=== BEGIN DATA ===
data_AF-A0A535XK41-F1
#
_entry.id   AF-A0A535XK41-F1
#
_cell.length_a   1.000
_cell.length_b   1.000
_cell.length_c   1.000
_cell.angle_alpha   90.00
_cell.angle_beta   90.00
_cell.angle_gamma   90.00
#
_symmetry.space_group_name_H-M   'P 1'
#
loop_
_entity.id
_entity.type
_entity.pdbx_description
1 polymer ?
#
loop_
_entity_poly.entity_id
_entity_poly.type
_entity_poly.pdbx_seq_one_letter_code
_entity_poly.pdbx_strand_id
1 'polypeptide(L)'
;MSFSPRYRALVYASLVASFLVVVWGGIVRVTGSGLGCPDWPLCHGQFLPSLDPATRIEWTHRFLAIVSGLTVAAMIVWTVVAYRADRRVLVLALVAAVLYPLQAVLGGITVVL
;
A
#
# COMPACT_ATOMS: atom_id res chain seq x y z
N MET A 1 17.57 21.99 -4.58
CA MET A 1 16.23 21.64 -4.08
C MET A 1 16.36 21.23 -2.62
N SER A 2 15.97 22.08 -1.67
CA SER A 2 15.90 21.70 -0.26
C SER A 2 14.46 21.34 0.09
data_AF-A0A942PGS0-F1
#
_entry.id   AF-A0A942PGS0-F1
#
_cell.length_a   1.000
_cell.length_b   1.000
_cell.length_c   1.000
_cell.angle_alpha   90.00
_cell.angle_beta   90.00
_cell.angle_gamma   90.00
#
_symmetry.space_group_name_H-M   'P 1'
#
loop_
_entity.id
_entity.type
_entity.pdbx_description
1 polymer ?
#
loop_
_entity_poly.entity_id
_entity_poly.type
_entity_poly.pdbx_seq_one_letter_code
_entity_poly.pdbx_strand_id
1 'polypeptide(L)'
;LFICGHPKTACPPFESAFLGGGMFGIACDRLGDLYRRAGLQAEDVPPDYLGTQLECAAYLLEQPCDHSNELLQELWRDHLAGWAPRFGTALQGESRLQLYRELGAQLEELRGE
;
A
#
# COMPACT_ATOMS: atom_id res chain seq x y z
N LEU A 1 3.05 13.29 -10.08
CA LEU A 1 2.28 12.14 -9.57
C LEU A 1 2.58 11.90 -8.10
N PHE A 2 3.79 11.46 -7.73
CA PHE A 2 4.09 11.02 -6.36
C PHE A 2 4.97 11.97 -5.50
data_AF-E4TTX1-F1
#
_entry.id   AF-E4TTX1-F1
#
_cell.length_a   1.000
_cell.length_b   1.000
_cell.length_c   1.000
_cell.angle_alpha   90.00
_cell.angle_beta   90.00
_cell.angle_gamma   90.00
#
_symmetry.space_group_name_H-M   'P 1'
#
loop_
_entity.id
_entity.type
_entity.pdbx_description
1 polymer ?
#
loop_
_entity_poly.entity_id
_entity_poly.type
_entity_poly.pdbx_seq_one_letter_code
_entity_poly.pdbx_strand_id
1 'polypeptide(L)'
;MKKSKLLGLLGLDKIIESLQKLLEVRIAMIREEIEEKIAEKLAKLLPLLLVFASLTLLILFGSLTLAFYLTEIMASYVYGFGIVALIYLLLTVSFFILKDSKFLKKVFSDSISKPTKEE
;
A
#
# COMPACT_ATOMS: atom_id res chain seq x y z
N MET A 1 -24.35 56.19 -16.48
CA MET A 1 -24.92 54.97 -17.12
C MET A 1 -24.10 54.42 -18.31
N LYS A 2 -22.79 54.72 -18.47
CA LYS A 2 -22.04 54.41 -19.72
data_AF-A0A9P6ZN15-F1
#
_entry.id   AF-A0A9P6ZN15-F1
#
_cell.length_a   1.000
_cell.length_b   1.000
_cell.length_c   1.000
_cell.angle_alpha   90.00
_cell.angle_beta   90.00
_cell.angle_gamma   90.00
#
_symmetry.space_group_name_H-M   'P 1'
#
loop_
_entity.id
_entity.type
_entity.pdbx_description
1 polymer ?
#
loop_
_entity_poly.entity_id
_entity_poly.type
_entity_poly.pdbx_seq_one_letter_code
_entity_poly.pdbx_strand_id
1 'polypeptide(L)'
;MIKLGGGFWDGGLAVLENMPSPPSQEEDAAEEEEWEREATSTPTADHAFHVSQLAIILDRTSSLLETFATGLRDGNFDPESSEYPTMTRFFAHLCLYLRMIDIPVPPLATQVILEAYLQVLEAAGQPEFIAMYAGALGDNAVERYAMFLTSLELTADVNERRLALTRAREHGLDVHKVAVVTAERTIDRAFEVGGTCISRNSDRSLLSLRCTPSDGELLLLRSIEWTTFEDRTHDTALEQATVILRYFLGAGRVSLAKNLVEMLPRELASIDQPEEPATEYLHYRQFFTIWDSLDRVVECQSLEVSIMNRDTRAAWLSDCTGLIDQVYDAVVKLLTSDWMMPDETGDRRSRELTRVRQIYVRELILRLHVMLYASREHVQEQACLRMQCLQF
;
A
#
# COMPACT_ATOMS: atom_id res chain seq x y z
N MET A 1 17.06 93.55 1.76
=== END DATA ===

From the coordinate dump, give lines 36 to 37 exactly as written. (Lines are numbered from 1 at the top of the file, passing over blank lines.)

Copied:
C SER A 2 14.46 21.34 0.09
data_AF-A0A942PGS0-F1